Author Affiliation: Sealy Center on Aging, University of Texas Medical Branch, Galveston.
In 1988, Matilla et al1 reported that, among the very old, elevated systolic and diastolic blood pressure (BP) were associated with longer survival. The differences were not subtle. The 5-year survival of those with systolic BPs greater than 200 mm Hg were almost twice as high as those with levels of 120 to 140 mm Hg. Over the ensuing 25 years, a substantial number of population-based studies have reported the same findings: in those older than 85 years (or older than 80 years in some studies), high BP is an excellent prognostic sign.2,3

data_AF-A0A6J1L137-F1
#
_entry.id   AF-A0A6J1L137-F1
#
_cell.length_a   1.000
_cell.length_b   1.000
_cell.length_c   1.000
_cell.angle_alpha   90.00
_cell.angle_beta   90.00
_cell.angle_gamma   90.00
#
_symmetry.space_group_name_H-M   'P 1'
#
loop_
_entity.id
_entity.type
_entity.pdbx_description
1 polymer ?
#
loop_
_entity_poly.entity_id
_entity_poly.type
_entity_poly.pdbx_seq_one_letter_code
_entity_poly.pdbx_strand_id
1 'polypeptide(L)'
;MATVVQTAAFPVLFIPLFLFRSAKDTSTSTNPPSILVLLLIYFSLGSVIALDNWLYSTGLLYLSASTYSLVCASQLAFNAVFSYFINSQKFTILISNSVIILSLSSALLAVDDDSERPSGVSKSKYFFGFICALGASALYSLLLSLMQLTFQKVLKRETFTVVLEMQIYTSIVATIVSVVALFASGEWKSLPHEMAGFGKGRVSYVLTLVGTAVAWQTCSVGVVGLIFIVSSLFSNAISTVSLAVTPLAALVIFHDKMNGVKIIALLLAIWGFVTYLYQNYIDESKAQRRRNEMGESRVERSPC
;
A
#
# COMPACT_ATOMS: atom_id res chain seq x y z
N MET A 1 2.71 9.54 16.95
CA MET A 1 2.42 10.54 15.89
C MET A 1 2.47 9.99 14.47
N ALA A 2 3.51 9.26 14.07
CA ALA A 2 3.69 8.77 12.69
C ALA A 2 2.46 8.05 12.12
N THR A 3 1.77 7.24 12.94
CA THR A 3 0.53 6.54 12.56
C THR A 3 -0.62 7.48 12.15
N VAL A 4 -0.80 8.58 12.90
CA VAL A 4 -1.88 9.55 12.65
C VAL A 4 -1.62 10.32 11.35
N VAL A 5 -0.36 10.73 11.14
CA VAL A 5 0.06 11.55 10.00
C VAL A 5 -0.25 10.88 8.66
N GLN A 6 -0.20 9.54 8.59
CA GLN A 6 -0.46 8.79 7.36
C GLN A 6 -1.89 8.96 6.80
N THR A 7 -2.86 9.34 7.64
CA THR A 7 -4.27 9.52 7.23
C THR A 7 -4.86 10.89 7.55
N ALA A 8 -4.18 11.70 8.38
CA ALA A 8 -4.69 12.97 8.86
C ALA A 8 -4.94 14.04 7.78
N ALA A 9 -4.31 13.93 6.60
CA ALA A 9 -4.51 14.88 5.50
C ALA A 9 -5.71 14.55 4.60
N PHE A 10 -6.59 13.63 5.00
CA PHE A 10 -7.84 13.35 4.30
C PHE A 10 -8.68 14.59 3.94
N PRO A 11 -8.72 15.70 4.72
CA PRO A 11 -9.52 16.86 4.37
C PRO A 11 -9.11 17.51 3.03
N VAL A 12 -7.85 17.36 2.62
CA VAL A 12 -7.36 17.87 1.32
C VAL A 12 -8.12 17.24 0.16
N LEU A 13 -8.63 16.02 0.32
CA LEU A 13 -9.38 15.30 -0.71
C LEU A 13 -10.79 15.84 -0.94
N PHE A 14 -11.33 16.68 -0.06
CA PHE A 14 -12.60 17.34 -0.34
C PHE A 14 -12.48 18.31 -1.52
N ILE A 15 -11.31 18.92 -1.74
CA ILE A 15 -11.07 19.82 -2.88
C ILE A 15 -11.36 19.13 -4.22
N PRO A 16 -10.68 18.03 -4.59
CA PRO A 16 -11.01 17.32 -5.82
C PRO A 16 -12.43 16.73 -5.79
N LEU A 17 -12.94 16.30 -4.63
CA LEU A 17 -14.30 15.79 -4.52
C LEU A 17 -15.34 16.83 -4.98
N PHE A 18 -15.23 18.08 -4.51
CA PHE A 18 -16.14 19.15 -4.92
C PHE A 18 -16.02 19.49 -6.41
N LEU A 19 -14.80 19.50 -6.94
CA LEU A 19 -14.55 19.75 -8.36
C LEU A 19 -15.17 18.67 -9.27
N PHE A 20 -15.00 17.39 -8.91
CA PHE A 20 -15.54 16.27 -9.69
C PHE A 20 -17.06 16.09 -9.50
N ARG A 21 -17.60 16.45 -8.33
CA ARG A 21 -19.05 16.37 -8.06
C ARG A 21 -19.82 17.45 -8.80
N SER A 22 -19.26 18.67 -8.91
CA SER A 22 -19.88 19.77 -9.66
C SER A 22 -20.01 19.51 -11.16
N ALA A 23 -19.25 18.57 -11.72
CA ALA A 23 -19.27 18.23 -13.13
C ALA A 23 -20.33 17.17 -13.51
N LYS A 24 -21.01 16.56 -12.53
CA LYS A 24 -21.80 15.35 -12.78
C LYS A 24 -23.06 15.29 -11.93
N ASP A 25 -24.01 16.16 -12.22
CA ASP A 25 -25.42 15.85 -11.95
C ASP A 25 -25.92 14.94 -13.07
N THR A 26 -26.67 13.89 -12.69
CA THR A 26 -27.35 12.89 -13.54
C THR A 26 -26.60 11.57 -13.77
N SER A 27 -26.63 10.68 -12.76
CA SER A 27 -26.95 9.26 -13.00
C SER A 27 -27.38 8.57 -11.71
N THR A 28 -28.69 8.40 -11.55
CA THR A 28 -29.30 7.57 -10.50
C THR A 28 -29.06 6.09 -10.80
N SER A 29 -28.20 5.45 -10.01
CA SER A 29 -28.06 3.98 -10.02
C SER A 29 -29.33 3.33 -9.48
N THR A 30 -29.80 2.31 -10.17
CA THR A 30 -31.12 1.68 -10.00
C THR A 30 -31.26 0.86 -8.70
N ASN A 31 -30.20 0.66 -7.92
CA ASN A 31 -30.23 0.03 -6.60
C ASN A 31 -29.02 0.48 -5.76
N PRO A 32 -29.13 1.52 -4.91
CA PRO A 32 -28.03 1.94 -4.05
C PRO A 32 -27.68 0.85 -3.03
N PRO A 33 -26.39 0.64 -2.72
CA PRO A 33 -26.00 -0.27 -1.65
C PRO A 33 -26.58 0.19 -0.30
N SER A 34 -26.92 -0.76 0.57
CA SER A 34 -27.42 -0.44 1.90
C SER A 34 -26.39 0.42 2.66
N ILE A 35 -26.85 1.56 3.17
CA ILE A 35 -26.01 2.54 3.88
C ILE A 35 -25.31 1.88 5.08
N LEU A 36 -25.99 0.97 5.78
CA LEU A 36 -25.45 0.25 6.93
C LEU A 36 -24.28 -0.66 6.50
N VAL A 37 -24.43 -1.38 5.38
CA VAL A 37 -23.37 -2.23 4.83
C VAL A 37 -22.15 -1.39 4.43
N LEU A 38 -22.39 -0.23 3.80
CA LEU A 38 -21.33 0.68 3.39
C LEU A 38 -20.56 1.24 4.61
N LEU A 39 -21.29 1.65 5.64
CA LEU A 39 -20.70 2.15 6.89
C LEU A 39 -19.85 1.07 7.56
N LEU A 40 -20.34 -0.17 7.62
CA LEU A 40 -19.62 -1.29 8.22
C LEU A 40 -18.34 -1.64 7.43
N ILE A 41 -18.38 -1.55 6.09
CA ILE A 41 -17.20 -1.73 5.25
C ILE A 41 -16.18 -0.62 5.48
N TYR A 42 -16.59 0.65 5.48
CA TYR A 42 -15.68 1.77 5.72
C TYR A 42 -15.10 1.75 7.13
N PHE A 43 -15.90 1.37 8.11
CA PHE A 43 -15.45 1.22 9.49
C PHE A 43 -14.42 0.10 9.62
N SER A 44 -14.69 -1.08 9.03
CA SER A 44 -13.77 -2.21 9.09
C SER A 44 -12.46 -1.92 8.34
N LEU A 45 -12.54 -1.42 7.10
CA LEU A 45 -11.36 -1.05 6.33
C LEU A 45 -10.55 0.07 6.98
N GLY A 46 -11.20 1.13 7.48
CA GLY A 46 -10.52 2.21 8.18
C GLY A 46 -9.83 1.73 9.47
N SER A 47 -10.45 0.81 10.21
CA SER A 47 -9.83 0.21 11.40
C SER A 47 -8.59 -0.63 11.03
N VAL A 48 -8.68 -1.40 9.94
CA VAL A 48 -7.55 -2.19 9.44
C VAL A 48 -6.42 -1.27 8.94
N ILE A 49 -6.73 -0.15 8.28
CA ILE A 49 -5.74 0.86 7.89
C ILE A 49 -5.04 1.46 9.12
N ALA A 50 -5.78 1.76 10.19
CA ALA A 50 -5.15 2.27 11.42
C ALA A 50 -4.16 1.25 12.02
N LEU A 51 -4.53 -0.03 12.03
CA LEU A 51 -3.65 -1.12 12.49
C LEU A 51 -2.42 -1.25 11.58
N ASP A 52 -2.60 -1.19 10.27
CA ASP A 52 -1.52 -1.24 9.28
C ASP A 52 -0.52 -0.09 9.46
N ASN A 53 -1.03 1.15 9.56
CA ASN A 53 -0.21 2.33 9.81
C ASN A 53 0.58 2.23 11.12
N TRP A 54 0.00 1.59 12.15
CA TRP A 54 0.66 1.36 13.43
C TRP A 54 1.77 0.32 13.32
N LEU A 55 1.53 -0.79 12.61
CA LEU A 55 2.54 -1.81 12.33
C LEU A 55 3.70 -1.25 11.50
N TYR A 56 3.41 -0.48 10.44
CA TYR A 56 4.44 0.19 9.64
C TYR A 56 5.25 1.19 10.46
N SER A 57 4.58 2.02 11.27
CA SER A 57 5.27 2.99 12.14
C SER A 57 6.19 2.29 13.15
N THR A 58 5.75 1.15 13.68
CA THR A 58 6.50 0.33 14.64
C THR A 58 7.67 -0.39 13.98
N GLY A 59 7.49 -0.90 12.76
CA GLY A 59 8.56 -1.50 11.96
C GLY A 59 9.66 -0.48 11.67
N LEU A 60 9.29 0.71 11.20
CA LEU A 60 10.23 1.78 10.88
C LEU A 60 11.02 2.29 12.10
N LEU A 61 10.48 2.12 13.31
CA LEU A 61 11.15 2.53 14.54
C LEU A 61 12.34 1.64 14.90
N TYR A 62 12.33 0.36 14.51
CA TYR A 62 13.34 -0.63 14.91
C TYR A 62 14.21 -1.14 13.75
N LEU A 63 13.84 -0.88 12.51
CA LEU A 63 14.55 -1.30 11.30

Goodwin JS. Gait Speed: Comment on “Rethinking the Association of High Blood Pressure With Mortality in Elderly Adults”. Arch Intern Med. 2012;172(15):1168–1169. doi:10.1001/archinternmed.2012.2642
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